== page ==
Businesses urged to ‘seriously think about overhauling’ data processes – or risk falling foul of the regulations

A fifth (21 per cent) of people plan to use their rights under the incoming GDPR to ask their employer or ex-employers to delete their information, research has revealed.

A poll of 2,000 consumers by data analytics company SAS also found that a similar proportion of people (22 per cent) intend to use the new laws to access the data their employer holds on them, and 21 per cent would seek out human intervention in favour of automated process for performance reviews.

The GDPR will enhance data protection laws and create a range of new responsibilities for those who hold personal data. Penalties for breaches could be up to 4 per cent of organisations’ annual turnover or €20m, whichever is greater.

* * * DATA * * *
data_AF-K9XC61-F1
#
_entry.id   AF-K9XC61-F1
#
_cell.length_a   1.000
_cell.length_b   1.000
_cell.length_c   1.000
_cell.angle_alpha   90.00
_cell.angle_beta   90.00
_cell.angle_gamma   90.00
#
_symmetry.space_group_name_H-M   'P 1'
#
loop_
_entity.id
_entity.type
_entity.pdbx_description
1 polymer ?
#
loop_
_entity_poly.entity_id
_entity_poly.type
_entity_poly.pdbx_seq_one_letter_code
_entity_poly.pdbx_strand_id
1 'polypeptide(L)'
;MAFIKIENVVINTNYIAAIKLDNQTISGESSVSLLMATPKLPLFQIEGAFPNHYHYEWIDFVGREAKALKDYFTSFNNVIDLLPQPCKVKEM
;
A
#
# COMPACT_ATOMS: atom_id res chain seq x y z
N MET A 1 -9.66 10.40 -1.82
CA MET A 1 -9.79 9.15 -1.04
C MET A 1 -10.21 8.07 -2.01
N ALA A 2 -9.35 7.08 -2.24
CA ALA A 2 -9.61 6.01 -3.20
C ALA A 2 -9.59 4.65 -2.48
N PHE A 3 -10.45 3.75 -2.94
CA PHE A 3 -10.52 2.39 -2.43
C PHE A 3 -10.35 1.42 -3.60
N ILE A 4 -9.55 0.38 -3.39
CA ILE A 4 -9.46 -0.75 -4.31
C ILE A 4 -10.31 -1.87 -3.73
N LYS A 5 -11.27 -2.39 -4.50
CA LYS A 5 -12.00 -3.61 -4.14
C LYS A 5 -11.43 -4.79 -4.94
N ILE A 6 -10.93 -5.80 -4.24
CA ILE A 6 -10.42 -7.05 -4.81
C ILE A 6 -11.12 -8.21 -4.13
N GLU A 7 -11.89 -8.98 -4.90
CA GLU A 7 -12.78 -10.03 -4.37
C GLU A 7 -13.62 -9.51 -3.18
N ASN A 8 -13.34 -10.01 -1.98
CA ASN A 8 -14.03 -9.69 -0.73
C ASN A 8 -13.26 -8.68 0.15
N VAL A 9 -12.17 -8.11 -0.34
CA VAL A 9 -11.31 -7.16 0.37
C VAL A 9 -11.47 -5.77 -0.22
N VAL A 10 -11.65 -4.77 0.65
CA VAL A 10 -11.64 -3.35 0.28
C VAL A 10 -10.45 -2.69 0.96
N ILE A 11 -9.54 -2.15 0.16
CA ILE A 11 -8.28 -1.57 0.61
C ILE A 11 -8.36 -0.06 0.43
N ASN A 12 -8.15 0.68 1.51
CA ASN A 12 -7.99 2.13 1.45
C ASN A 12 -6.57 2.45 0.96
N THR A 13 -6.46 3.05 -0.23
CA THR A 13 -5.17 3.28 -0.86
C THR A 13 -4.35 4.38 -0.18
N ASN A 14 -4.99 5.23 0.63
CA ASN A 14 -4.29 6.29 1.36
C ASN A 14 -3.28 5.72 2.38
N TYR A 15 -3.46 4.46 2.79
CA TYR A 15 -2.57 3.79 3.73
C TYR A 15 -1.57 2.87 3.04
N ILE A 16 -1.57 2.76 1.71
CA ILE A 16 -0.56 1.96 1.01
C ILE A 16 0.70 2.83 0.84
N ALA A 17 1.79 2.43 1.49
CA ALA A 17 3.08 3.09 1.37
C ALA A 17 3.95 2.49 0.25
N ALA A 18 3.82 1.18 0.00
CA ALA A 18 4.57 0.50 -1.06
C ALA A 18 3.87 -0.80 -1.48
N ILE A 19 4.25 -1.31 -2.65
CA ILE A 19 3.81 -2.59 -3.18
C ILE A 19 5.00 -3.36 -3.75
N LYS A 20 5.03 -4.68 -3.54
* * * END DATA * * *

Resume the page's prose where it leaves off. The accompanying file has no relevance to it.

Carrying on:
Other studies have suggested that the new rules are proving problematic for employers, with research from Gartner warning that at least half (50 per cent) of companies will not be fully compliant with the regulations by the end of 2018.

The GDPR will still challenge employers and they will still need to comply with a multitude of data requests from employees, For many employers, old legacy IT and data systems may not be up to the task – this makes it all the more important to ensure that company data is kept clean and easily accessible in case these requests start to come in.